Once we were all ticketed, we proceeded to take our bags upstairs, park them in the middle of the floor (which was sort of in a boarding line) and look around wondering what to do next. I really wanted to go wander around Bellingham, but I didn't want to saddle anyone with being the bag babysitter, so I opted out of that idea. Instead I went downstairs to see what the gift shop had to offer.
The gift shop had goodies, and lots of them. All kinds of cool tribal art emblazoned items, soap, post cards, clothing, cook books (one all about crab cakes - took alot for me to pass it up). So I shopped a bit, picked up some handmade soaps in a variety of flavors, a nifty tote bag, a stainless water bottle with a some cool tribal art, and probably something else I can't think of. While I was in there I heard some guys talking to the lady behind the counter and I was standing there so I inevitably joined in the chat.
It was apparent that they worked for the ferry system, so I asked what they did. The big guy says "I drive the boat." Of course I didn't believe him, but he assured me that was his job. The smaller guy said he was learning to drive the boat. The big guy started to tell me two stories. One about a guy who jumped ship in the Wrangell Narrows, and another about a dog rescue they took part in (no clue where they dog came from that was in the water). As he started to tell the story about the guy jumping he looked past me out the window and said "oh crap, they're loading cars, I've gotta go," and so I never heard the story (which was bothersome). I paid for my stuff and headed out to grab a bite to eat.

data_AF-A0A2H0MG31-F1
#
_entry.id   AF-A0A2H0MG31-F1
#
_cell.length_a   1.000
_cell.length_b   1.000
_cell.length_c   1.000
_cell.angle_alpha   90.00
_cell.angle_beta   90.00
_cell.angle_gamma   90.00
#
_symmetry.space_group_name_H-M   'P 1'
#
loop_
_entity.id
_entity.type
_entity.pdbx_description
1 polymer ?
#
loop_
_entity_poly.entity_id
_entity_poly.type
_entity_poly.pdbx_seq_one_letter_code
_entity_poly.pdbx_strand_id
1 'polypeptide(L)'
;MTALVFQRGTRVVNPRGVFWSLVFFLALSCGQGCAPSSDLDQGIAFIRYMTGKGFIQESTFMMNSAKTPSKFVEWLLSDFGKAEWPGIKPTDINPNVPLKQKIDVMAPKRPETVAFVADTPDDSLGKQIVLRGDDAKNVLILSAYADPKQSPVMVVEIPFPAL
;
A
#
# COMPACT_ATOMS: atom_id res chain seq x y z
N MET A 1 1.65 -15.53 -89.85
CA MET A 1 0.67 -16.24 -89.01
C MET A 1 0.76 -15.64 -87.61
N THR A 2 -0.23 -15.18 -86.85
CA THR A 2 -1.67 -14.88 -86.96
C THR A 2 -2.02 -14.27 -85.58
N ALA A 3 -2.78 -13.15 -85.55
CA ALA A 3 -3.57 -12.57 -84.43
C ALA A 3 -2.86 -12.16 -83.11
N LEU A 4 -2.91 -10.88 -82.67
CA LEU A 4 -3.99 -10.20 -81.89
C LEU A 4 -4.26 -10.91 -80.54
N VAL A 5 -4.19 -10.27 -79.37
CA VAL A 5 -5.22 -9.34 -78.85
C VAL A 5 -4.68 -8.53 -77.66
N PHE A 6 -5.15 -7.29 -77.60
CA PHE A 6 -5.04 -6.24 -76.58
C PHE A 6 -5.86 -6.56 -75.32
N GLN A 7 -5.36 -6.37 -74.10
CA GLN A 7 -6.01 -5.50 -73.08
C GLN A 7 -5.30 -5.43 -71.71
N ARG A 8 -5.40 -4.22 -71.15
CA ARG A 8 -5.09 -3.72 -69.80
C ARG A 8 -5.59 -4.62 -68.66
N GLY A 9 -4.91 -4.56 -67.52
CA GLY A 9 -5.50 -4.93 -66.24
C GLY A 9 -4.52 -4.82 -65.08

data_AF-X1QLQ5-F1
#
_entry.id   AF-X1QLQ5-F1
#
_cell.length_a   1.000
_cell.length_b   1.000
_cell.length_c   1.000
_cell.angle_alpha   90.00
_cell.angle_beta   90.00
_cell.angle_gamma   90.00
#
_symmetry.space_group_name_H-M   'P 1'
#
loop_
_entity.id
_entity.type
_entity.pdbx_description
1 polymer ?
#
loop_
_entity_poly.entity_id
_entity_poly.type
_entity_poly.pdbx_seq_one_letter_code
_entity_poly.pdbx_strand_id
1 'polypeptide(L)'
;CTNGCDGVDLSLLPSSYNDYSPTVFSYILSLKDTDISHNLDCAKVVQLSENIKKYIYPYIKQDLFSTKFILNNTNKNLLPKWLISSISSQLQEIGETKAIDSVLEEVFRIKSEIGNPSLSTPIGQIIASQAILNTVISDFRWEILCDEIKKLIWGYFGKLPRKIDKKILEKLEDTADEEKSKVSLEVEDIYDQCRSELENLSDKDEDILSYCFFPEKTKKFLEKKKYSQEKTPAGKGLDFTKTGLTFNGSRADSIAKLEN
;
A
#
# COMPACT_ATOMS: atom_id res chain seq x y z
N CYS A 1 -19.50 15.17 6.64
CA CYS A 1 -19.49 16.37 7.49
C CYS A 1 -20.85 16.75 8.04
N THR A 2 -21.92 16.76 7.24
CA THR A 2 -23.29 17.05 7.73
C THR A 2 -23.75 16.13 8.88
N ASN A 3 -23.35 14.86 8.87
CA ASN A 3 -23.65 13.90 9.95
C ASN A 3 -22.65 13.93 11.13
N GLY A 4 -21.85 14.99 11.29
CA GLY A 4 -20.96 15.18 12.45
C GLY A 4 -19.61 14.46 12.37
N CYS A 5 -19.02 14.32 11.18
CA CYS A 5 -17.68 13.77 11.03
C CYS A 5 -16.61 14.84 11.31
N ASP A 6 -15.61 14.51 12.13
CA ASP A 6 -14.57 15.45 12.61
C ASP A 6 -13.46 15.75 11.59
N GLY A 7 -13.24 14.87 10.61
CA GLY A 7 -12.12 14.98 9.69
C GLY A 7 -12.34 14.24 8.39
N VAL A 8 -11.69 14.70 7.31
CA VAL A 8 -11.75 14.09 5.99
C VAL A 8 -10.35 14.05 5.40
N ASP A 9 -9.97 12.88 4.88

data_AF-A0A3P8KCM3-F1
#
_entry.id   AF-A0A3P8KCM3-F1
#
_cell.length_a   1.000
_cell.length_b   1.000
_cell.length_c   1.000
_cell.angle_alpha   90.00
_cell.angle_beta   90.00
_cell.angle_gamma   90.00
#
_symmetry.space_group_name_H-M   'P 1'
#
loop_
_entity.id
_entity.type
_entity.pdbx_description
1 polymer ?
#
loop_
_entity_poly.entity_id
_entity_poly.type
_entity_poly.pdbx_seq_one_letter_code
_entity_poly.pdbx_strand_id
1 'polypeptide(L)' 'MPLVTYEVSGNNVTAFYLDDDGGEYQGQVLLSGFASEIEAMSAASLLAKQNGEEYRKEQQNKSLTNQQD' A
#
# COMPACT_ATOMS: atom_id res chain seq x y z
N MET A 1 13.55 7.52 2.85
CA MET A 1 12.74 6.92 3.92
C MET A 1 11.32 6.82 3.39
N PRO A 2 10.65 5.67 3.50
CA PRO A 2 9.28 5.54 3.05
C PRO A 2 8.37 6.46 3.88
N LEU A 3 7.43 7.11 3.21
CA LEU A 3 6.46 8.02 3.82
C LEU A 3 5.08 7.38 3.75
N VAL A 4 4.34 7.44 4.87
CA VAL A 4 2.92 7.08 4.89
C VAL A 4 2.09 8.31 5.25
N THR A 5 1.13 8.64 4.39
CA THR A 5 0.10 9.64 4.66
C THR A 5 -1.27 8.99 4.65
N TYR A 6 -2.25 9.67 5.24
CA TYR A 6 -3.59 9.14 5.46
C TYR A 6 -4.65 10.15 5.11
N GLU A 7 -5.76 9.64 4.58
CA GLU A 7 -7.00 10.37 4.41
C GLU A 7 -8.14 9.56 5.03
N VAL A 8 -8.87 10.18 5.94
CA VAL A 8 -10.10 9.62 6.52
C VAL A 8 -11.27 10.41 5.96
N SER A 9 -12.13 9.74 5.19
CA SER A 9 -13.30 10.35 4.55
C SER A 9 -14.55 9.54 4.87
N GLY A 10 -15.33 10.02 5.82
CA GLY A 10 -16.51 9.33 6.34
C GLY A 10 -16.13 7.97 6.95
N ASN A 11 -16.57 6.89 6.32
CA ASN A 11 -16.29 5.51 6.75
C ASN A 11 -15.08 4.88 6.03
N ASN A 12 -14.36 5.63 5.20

There's a little cafe in the depot and I hadn't had anything to eat since 9am when Rene and I had french toast at a cool place in South Seattle. It was about 4pm and I was pretty starved, so I ordered up a mushroom, chicken and cheese crepe. This also came with a salad and the crepe was the size of the plate (a big plate). I ate about half of it before I was stuffed and headed back up to where everyone was camped out to see what the status of us actually boarding the boat was. The status had not changed - everyone was standing around. Rene and I decided this would be a good time for us to put our workshop binders together, so we spread it out all over the floor and commenced to assembling them. Just before we finished they decided now would be a good time to rally the troops and start boarding. We finished up our project, packed it all up and got in line.
Perhaps you remember my earlier blog where I said we had an absurd amount of luggage? This made boarding a bit of a challenge, but we managed to get it on the boat, only leaving our poster board on deck (which we promptly forgot about but someone else kindly picked up and held on to for us).